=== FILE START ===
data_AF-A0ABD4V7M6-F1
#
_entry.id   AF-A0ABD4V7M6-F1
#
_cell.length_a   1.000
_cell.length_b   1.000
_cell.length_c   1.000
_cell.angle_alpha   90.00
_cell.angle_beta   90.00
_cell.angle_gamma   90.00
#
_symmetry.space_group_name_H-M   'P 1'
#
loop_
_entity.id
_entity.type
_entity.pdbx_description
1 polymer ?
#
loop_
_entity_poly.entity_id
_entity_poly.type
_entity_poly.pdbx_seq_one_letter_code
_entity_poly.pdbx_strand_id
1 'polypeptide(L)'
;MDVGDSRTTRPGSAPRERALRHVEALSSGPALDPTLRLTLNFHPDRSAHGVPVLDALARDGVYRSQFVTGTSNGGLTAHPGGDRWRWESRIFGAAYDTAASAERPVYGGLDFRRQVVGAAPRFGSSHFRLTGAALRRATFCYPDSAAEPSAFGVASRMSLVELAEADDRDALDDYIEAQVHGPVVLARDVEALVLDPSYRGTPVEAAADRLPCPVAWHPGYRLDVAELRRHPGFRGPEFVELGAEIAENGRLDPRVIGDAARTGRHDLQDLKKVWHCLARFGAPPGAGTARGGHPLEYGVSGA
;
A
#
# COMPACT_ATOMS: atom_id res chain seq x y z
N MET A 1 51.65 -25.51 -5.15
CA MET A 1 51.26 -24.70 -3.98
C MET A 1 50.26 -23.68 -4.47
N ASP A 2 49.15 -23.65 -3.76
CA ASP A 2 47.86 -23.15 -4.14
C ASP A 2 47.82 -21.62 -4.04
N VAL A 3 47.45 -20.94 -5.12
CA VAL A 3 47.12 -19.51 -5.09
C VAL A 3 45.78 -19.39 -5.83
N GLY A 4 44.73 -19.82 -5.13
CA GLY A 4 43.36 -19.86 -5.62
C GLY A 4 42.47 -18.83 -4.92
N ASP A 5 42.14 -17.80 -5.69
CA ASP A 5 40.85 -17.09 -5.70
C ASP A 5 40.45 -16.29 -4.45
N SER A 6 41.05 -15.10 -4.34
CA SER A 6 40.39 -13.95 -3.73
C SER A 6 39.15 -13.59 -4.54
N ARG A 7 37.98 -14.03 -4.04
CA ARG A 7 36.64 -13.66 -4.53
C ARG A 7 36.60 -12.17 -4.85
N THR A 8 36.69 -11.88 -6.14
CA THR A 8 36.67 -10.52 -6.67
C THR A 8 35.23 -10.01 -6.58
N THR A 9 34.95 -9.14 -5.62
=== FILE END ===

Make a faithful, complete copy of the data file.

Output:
data_AF-A0ABD4V7M6-F1
#
_entry.id   AF-A0ABD4V7M6-F1
#
_cell.length_a   1.000
_cell.length_b   1.000
_cell.length_c   1.000
_cell.angle_alpha   90.00
_cell.angle_beta   90.00
_cell.angle_gamma   90.00
#
_symmetry.space_group_name_H-M   'P 1'
#
loop_
_entity.id
_entity.type
_entity.pdbx_description
1 polymer ?
#
loop_
_entity_poly.entity_id
_entity_poly.type
_entity_poly.pdbx_seq_one_letter_code
_entity_poly.pdbx_strand_id
1 'polypeptide(L)'
;MDVGDSRTTRPGSAPRERALRHVEALSSGPALDPTLRLTLNFHPDRSAHGVPVLDALARDGVYRSQFVTGTSNGGLTAHPGGDRWRWESRIFGAAYDTAASAERPVYGGLDFRRQVVGAAPRFGSSHFRLTGAALRRATFCYPDSAAEPSAFGVASRMSLVELAEADDRDALDDYIEAQVHGPVVLARDVEALVLDPSYRGTPVEAAADRLPCPVAWHPGYRLDVAELRRHPGFRGPEFVELGAEIAENGRLDPRVIGDAARTGRHDLQDLKKVWHCLARFGAPPGAGTARGGHPLEYGVSGA
;
A
#
# COMPACT_ATOMS: atom_id res chain seq x y z
N MET A 1 51.65 -25.51 -5.15
CA MET A 1 51.26 -24.70 -3.98
C MET A 1 50.26 -23.68 -4.47
N ASP A 2 49.15 -23.65 -3.76
CA ASP A 2 47.86 -23.15 -4.14
C ASP A 2 47.82 -21.62 -4.04
N VAL A 3 47.45 -20.94 -5.12
CA VAL A 3 47.12 -19.51 -5.09
C VAL A 3 45.78 -19.39 -5.83
N GLY A 4 44.73 -19.82 -5.13
CA GLY A 4 43.36 -19.86 -5.62
C GLY A 4 42.47 -18.83 -4.92
N ASP A 5 42.14 -17.80 -5.69
CA ASP A 5 40.85 -17.09 -5.70
C ASP A 5 40.45 -16.29 -4.45
N SER A 6 41.05 -15.10 -4.34
CA SER A 6 40.39 -13.95 -3.73
C SER A 6 39.15 -13.59 -4.54
N ARG A 7 37.98 -14.03 -4.04
CA ARG A 7 36.64 -13.66 -4.53
C ARG A 7 36.60 -12.17 -4.85
N THR A 8 36.69 -11.88 -6.14
CA THR A 8 36.67 -10.52 -6.67
C THR A 8 35.23 -10.01 -6.58
N THR A 9 34.95 -9.14 -5.62